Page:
A: The bill would cover live donors who are donating every type of organ. However, live kidney donation is by far the most common type of living donor transplant.

 Q: What is the expected cost of the Living Donor Protection Act? 

A: The sponsors anticipate that this is a no-cost bill.

 Q: How did you develop these potential savings estimates? 

 A: It is important to recognize that this data is simply a model, not a prediction per se, but it highlights that increasing access to living donor transplantation is the right thing to do for patients and could portend advantages from a Medicare cost perspective. This particular estimate looked at the number of people who currently receive transplants from living donors who have non-Medicare insurance nationwide and calculated what effect increasing that number by 10% per year for 10 years could save by preventing these transplant recipients from going onto the Medicare ESRD program due to kidney failure. The lower amount ($250 million) reflects what Medicare would avoid paying for the average cost of dialysis care only; the higher amount ($780 million) reflected.


From GOA Report 2014

Congressional Budget Office (CBO)
Cost Estimates for H.R.1224 [116th]Close

As of 12/20/2019 a CBO Cost Estimate for this measure has not been received. 
[xxiv]
About CBO Cost Estimates
CBO produces cost estimates for select bills and resolutions. Bills for which the Library has received CBO Cost Estimate data link to the CBO Cost Estimates. CBO Cost Estimates can be searched from CBO’s Cost Estimates Search page.”

STATE ACTION OF THE LDPA

There are several States’ Laws that are patterned after the proposed Federal LDPA Law.  To date, there 15 States and DC that have some type of Donor Leave Law that impact state employees.  The Donor Leave Laws offer state employees up to 30 days leave (paid or unpaid) for acting as a living organ donor.  These states include:  Arkansas, California, Colorado, Connecticut, Hawaii, Louisiana, Maine, Minnesota, Nebraska, New York, Oregon, Pennsylvania, South Carolina, West Virginia, and Wisconsin.[xxv]  20 States have enacted tax deductions or credits to living donors.

Currently, there are 12 states that have some version of the LDPA.  Those states include Arizona, Arkansas, California, Colorado, Idaho, Illinois, Kansas, Maine, Maryland, New York, Oklahoma, and Oregon.[xxvi]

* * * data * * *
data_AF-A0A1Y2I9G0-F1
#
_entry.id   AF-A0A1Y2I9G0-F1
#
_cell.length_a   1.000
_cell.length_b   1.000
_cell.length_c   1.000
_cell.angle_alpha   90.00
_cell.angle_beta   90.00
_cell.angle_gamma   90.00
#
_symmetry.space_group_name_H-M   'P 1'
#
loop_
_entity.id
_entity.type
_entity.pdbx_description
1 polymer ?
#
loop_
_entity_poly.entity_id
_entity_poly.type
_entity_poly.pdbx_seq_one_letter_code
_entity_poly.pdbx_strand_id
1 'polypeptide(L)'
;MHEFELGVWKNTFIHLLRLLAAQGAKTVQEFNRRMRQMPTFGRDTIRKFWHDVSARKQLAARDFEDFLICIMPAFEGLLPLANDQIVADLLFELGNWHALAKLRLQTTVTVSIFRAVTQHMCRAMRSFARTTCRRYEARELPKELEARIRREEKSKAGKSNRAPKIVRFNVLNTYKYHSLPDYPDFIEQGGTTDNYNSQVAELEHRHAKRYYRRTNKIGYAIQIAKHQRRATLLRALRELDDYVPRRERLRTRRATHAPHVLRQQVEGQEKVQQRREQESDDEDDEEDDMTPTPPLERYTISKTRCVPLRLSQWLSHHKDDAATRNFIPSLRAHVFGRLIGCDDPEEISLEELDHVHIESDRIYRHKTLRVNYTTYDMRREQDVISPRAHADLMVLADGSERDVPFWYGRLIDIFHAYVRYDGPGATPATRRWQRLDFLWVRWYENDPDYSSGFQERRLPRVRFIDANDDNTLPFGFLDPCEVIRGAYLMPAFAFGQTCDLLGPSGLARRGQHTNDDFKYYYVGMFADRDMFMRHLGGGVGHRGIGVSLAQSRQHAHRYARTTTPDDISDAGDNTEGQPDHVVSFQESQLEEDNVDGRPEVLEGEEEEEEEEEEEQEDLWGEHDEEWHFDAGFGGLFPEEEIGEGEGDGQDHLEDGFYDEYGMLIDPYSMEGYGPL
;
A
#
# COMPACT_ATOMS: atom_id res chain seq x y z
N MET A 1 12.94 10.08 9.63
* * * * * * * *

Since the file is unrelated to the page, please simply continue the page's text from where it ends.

CONCLUSION

The barriers to kidney/organ donation have been serious enough to prevent people from donating.  The potential loss/alteration of employment, status or benefit may prevent reasonable dedicated persons from a life-saving kidney/organ donation.  This is devastating to both the donor and the recipient. The loss/altering of insurance benefits, without honest justification is also an incredible barrier to organ donation.  The need for kidney donation is great, with almost 100,000 people on the waiting list and last year transplanting 20,000 and only 6440 living kidney donors, what is required is more protection for kidney donors and less devasting barriers. 

The Living Donor Protection Act is the solution to these issues. It provides that the Family Medical Leave Act applies to living donors and that their employment cannot be terminated or altered in any way.  Insurance companies cannot discriminate against the living donor by cancelling or altering the life, long-term care or disability coverage of the living donor.  The savings to Medicare would be substantial if enacted.  The costs to the Federal Government are non-existent to implement the Act.  States have enacted their own version of the Act to protect both living donors and recipients.  The bottom line is this: the LDPA should be enacted to enhance organ/kidney donation to save lives now!  It is a no-brainer. We need to take steps to protect the brave kidney/organ donor, who generously wishes to give the Gift of Life to some worthy recipient.  This is why we need the Living Donor Protection Act!

Sponsor: Kibow® Biotech

From The Author James Myers

To learn more about James follow this link

My name is James Myers. I live in Hammond, Indiana. I graduated from Valparaiso University Law School and I have 2 MBA’s in Business and Healthcare Administration. Polycystic Kidney Disease runs in my family. I’ve lost 5 members of my family to PKD, including my Father. I have PKD. I was fortunate. Because of my family’s history, I was diagnosed at the age of 25, and was able to put off dialysis until the age of 58. I was on dialysis for 4 years and was transplanted on April 27th, 2016. I named my new kidney Woody. Woodrow is a family name, so I did this to honor my father and my grandfather.